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The United Kingdom's unemployment rate between February and July 2017 fell to 4.3 per cent, the lowest since 1975, according to a survey published on Wednesday by the country's official statistics office.
The seasonally adjusted unemployment rate between February-April and May-July 2017 showed a year-on-year drop and also that the number of people aged 16-64 not working and not seeking or available to work -- economically inactive -- had decreased, Efe news reported.
"The employment rate (the proportion of people aged from 16 to 64 who were in work) was 75.3 per cent, the highest since comparable records began in 1971," the Office of National Statistics (ONS) said in a statement.
Matt Hughes of the ONS said the figures represented a "record unemployment rate" that suggested "a strong labour market."
According to the ONS there were 1.46 million people unemployed (people not working but seeking and available to work) from May-July, 75,000 fewer than February-April and 175,000 fewer than a year earlier.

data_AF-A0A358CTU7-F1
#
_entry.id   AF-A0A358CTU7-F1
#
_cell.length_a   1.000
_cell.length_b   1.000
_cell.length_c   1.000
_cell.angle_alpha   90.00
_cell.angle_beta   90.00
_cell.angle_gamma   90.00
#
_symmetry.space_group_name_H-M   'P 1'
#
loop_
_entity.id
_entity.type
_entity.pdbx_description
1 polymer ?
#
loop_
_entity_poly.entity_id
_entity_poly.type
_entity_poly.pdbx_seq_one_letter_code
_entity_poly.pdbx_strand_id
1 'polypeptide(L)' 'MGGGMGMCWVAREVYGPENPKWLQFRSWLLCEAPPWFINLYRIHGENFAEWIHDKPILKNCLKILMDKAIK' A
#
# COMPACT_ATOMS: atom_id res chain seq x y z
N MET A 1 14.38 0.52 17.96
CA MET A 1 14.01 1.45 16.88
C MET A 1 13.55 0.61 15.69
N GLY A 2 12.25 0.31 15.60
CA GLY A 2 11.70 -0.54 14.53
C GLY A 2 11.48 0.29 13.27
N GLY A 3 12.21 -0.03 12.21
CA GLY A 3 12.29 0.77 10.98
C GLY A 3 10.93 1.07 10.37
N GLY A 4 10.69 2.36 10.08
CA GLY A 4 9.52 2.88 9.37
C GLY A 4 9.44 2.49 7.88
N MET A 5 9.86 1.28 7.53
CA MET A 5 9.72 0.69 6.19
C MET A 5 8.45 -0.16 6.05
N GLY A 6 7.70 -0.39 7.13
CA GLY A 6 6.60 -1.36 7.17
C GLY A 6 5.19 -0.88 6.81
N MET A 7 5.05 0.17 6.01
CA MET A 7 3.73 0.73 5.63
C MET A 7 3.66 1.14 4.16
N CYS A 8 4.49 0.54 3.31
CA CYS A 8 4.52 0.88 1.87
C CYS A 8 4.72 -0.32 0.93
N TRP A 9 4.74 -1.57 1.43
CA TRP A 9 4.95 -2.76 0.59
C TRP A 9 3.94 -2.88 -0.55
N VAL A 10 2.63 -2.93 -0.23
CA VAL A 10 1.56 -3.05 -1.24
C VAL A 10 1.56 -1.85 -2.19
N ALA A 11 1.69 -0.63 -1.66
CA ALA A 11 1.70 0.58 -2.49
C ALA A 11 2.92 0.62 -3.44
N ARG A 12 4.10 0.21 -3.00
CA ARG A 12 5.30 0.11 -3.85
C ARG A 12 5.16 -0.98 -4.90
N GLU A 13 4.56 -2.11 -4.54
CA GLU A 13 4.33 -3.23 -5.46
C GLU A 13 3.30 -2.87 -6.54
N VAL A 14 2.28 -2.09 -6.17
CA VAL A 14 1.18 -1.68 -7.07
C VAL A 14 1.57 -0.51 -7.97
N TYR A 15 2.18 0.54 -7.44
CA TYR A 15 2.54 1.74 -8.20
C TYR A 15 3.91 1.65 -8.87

According to the statistics office, there were 8.74 million people aged 16 to 64 who were economically inactive (not working and not seeking or available to work), 107,000 less than for February-April 2017 and 96,000 less, year-on-year.
However, the same ONS bulletin also showed that the average weekly earnings for employees in the UK, in real terms (that is, adjusted for price inflation) fell by 0.4 per cent, both including and excluding bonuses, compared with a year earlier.
(This story has not been edited by Business Standard staff and is auto-generated from a syndicated feed.)